If the big corporations had adopted the Henry Ford strategy of feeding more funds into society then people would be able to spend more. They would thuis create more customers for their products. This would cause more and more offshoot jobs to fill the demand for that spending. All of that economic activity would produce far more revenue. The deficit could be eliminated completely in such a situation. Federal debt could be reduced and eventually wiped out. Federal spending could remain at the exact same level it is at; and there would be no debt.

But many corporations are allowed great latitude in their desire to produce ever more profits. Big corporations are doing great. (Look at the DOW.) They have influenced government to make the rules favor them. Even in tough economic times the big corporations are doing better than ever - if you call vast profits for a few 'better'. Most of the workers at these corporations (the ones that remain after the massive cut-backs) have seen their buying power reduced over the last 35 years.

Much of what big corporations do, especially financial ones, is borderline legal. And if it is not legal and they want to do it, they try to get the law changed to that it becomes legal. Even if it harms society. Some of it is strictly illegal but they do it anyway because enforcement is lax. They frequently pay fines and simply consider it the cost of doing business. Then they repeat the same offenses.

Most of the budget for the FBI has been dedicated to a) Terrorism and b) blue collar crime. Prior to 9-11 there was a greater budget for white-collar crime. But most of those units were shut down and the manpower re-assigned to terrorism. Often we hear stories of terrorism plots halted and the perpetrators apprehended by the FBI. What is not often said is that FBI agents planted the idea, the plan and supplied the materials to the perps. The FBI uses informants whom they pay handsomely, or threaten with prosecution, to find these perps. And just as often, the perps would never had committed a crime if they were not prompted to do so. The FBI does this to maintain their budget. This way they are 'showing results' to justify the billions they spend on these ridiculous efforts which often put people behind bars who would have never posed a threat on their own.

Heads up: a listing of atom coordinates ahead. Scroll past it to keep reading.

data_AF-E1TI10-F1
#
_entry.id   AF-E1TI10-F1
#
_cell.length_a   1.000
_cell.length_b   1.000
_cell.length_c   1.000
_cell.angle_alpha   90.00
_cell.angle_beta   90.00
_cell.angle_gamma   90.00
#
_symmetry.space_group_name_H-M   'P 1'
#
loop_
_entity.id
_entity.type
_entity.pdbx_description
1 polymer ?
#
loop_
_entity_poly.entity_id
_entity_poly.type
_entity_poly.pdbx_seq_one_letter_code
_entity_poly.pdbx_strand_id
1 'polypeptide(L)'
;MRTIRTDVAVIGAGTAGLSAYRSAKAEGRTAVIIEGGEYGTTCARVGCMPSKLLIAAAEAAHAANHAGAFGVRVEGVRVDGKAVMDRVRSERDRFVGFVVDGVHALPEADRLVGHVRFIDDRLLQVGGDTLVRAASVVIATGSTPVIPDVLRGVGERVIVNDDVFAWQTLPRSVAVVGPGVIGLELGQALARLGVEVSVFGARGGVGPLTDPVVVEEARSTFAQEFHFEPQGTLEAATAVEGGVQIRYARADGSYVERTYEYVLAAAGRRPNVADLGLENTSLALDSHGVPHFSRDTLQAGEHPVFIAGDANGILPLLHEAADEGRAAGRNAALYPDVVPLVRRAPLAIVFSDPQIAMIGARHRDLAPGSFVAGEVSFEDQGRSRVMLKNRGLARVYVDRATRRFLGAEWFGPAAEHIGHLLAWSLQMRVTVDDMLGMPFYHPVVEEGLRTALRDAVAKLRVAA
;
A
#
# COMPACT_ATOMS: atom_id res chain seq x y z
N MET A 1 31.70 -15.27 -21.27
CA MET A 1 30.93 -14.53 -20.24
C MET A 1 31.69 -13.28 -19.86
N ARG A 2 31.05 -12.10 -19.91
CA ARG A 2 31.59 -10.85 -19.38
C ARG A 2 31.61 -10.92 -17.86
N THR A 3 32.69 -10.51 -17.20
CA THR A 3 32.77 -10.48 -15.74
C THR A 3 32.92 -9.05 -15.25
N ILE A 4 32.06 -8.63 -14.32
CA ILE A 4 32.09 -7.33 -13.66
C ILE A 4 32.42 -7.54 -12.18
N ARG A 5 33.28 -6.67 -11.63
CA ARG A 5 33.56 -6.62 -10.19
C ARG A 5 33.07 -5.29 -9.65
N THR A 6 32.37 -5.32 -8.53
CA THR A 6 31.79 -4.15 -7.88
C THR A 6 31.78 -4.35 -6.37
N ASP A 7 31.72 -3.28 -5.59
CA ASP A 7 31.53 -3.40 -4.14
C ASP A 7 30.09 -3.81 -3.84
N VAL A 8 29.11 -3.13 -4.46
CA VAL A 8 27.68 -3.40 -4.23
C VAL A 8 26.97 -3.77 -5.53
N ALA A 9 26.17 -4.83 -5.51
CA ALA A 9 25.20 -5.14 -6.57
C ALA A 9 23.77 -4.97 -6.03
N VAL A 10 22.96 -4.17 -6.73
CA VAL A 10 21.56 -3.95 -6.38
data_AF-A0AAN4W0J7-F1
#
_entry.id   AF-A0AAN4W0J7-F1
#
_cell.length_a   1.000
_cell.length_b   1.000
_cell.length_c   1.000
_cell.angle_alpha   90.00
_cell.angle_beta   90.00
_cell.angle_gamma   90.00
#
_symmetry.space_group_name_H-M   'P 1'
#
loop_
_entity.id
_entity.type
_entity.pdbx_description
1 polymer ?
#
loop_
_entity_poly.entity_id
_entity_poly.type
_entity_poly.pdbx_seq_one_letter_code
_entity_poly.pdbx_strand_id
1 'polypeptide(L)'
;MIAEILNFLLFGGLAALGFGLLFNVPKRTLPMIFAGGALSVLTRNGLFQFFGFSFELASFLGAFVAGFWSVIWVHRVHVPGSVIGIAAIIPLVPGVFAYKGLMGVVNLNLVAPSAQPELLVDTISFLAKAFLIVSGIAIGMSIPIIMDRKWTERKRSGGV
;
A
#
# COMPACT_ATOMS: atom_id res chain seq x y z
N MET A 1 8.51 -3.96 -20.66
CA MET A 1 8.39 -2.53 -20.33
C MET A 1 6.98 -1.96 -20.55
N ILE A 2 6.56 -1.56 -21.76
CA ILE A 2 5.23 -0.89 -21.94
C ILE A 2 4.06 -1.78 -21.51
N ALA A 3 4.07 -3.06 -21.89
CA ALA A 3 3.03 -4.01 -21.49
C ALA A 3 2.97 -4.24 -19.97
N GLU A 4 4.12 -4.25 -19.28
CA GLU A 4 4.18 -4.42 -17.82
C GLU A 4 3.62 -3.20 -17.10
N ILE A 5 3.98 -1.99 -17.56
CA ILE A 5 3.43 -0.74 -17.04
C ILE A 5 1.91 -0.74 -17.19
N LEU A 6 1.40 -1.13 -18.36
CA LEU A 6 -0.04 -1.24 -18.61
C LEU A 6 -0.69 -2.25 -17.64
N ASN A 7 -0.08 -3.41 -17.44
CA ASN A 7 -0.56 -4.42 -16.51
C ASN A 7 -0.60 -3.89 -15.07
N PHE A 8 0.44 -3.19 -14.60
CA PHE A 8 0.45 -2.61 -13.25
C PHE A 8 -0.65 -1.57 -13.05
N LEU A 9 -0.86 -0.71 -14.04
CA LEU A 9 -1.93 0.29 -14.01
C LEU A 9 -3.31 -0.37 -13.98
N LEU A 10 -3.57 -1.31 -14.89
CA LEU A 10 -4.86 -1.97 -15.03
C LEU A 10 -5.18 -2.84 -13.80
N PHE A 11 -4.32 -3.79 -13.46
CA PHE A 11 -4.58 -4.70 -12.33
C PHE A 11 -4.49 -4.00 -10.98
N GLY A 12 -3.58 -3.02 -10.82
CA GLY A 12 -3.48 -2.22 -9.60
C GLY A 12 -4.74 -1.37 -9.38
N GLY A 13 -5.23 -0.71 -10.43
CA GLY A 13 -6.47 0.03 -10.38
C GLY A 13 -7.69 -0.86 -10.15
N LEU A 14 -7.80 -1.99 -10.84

If only the FBI were to spend as much on white collar crime as it does on terrorism we would see less money being sequestered into the hands of a very few people and more money in circulation in the economy where it can produce jobs and revenue, thereby reducing our deficit and eventually our debt.
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flyboyUT
Champion Author Utah

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Message Posted: Feb 6, 2013 1:09:42 PM